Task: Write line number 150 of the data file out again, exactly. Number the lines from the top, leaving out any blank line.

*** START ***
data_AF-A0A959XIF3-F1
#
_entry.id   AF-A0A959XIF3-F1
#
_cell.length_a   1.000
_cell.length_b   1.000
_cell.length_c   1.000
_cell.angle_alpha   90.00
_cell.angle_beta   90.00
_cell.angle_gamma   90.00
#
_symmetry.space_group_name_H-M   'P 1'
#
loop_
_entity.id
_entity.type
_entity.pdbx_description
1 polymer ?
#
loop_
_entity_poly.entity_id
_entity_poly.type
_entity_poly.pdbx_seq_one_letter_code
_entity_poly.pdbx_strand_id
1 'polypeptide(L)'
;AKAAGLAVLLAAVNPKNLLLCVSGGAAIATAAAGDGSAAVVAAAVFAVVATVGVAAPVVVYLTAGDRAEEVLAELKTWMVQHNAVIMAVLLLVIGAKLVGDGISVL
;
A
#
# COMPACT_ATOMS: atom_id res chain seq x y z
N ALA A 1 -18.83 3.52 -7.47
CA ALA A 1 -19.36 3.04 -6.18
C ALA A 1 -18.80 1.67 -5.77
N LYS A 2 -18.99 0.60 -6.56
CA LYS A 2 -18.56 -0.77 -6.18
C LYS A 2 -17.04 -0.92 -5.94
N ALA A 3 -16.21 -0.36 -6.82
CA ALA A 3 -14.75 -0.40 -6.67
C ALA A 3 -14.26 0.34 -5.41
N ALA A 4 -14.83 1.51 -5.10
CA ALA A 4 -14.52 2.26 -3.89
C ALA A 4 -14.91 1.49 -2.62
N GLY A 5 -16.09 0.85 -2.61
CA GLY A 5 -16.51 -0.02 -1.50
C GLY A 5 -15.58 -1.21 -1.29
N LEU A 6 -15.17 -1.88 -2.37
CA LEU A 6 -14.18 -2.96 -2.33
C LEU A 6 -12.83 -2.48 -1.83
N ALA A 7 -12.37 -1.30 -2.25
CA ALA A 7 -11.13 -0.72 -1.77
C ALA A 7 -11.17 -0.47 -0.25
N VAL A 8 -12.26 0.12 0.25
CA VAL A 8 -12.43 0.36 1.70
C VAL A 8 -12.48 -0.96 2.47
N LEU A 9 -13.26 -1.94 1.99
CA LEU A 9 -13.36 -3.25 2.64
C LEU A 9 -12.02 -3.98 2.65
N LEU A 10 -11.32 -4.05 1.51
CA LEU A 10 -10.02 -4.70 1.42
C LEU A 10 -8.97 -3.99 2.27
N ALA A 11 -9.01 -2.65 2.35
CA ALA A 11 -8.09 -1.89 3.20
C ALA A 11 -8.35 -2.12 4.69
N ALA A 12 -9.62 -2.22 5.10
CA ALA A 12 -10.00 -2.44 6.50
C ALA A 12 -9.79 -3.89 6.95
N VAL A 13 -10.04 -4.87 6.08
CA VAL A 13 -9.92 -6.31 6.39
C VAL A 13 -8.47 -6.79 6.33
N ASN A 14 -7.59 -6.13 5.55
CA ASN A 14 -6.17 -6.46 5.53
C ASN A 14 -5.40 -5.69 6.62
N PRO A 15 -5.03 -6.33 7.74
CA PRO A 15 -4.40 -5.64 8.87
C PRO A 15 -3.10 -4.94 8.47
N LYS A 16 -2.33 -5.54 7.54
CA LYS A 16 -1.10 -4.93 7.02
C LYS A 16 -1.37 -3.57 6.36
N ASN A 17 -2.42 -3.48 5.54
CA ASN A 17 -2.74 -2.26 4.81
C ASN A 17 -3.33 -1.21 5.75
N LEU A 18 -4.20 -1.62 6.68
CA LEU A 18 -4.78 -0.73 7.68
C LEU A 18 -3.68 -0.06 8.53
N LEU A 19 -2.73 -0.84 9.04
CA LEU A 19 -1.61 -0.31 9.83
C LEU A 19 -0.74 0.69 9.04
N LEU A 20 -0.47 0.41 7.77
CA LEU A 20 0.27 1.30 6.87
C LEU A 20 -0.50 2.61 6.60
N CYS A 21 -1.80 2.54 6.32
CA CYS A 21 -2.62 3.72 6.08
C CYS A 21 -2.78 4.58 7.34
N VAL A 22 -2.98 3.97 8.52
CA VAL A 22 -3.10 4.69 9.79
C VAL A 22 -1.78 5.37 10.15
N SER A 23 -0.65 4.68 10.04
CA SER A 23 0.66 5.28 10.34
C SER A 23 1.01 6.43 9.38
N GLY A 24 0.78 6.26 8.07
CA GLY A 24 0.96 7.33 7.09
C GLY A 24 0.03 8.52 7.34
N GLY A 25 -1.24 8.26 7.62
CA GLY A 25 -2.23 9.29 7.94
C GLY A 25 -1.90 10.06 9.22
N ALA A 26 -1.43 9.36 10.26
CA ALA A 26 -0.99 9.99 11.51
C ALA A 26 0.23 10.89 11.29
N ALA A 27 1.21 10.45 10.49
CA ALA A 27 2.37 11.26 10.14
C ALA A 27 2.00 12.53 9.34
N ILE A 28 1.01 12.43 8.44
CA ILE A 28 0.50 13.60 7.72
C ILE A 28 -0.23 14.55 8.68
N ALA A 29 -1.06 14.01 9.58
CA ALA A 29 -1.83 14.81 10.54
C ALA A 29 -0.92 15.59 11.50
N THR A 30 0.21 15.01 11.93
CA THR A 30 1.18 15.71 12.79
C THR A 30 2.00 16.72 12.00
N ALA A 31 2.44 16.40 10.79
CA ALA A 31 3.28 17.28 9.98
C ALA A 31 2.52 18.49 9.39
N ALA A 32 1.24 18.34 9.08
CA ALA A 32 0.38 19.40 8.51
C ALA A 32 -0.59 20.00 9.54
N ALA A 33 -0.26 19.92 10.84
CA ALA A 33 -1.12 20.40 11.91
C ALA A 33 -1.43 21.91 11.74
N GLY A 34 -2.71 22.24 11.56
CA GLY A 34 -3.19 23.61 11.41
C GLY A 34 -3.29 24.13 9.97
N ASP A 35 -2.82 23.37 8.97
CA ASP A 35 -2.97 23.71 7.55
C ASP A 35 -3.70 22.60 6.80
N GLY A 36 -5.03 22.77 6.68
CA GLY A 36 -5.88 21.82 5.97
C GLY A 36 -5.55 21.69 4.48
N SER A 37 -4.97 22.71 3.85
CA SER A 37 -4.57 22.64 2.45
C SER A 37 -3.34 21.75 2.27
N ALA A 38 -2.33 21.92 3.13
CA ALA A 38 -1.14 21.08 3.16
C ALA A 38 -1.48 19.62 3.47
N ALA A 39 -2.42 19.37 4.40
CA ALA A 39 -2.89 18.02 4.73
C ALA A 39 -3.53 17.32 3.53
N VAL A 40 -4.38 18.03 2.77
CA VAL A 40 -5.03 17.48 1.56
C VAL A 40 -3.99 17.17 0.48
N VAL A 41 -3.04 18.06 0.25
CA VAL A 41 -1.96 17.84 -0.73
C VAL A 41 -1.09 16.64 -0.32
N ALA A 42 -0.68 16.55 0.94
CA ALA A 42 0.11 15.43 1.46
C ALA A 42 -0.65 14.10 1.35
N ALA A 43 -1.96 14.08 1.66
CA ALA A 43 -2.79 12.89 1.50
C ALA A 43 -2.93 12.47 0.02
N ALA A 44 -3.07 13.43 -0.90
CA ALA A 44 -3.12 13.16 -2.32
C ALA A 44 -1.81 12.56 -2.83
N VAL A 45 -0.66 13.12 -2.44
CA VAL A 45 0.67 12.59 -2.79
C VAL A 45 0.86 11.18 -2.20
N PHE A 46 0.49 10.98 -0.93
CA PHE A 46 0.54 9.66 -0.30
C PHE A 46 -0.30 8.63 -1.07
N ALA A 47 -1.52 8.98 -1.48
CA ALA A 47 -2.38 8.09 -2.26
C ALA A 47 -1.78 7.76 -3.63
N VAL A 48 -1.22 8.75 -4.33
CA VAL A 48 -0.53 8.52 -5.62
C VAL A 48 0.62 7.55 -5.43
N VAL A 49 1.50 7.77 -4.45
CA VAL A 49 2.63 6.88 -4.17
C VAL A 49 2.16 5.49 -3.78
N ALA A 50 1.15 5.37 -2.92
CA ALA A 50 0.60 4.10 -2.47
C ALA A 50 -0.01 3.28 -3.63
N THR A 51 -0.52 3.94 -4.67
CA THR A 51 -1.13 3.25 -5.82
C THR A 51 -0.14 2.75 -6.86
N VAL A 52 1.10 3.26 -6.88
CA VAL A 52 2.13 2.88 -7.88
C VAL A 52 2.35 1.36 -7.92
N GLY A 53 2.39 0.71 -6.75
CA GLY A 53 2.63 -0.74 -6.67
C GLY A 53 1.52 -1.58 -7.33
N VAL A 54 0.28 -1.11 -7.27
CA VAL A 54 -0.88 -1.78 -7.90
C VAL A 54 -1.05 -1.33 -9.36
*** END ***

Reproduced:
C VAL A 40 -3.99 17.17 0.48